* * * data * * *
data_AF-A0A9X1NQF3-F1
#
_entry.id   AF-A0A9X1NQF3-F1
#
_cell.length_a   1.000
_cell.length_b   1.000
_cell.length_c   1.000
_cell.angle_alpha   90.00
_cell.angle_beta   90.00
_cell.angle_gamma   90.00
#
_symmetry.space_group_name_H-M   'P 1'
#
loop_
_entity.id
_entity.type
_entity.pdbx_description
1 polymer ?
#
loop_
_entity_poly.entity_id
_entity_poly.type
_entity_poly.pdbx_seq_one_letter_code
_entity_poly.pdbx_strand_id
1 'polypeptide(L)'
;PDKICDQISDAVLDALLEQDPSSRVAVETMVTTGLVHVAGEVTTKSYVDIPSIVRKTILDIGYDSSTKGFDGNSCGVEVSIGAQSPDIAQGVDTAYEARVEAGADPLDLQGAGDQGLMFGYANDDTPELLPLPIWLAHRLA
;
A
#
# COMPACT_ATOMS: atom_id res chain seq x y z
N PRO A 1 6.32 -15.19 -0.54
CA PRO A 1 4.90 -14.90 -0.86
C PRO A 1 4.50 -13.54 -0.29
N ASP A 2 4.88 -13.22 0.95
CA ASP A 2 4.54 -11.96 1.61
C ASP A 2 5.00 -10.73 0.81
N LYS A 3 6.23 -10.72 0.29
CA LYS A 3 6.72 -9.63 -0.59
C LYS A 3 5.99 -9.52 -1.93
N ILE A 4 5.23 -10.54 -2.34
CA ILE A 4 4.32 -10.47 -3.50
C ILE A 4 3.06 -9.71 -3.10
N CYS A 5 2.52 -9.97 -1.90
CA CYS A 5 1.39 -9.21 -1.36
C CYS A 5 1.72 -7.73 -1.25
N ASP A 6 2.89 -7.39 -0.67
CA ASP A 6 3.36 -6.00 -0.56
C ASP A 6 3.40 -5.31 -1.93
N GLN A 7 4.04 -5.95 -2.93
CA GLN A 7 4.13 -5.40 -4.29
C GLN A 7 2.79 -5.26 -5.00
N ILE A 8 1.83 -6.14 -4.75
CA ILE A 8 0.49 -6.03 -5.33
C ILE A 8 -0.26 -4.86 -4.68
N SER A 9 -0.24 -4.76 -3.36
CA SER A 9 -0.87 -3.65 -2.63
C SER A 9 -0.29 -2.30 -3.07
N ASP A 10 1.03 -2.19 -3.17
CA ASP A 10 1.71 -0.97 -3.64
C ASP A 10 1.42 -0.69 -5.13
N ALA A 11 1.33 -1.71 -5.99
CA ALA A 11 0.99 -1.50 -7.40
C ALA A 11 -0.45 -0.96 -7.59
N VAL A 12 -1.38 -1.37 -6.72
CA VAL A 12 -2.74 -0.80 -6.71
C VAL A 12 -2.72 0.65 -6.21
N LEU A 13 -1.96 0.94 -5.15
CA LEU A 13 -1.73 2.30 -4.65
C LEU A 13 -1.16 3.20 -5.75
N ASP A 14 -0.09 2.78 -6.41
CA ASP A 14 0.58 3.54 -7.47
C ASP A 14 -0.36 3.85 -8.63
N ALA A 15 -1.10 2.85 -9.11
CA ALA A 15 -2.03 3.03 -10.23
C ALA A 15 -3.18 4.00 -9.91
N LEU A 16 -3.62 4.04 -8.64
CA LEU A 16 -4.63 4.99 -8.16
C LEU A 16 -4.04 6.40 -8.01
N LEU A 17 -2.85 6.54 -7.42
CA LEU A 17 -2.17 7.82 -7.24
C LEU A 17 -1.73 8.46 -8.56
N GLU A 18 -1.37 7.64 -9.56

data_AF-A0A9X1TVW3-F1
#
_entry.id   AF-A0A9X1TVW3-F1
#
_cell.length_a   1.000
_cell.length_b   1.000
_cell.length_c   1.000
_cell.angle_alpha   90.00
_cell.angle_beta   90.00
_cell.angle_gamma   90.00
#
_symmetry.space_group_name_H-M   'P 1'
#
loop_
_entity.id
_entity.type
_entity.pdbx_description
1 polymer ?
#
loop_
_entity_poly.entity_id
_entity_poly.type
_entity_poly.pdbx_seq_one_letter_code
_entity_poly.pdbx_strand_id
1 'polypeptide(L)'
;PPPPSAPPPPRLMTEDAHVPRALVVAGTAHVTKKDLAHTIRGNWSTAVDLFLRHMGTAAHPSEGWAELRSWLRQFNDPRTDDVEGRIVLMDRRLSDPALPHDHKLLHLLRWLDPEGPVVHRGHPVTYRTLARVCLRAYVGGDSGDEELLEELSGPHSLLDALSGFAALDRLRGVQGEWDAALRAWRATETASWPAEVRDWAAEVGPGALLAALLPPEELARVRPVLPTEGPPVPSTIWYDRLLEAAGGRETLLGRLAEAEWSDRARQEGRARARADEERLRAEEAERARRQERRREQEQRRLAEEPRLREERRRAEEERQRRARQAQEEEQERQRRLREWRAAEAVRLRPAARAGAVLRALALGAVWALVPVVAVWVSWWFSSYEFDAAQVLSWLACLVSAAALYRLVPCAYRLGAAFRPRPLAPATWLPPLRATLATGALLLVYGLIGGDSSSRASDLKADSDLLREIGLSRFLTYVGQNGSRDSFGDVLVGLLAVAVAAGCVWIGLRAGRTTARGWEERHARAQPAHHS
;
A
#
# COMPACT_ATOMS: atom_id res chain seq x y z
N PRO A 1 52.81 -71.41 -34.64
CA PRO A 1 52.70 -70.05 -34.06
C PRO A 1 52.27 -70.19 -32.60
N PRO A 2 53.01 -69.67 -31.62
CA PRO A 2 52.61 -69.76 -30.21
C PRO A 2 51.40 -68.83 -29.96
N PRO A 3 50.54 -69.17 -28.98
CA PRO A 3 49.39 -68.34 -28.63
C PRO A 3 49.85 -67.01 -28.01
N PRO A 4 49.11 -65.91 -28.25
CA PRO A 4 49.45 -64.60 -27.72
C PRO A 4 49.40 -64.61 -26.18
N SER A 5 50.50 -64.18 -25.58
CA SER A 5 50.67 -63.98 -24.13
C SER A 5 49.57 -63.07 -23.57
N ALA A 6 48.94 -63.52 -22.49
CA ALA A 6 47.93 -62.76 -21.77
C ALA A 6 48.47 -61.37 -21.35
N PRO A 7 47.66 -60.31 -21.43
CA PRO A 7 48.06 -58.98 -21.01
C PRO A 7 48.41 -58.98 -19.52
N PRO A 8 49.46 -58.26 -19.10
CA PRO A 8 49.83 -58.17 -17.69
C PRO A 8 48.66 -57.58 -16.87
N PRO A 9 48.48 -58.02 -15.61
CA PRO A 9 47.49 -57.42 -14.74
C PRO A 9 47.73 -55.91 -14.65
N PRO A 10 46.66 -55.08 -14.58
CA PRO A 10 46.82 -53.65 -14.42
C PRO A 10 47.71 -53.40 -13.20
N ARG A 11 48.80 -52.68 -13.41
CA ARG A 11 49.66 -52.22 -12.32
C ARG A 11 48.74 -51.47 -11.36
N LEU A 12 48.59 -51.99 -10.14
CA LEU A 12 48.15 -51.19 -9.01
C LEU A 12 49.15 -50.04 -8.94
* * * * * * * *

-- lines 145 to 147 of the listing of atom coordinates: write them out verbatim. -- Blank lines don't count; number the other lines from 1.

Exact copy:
C ARG A 11 48.74 -51.47 -11.36
N LEU A 12 48.59 -51.99 -10.14
CA LEU A 12 48.15 -51.19 -9.01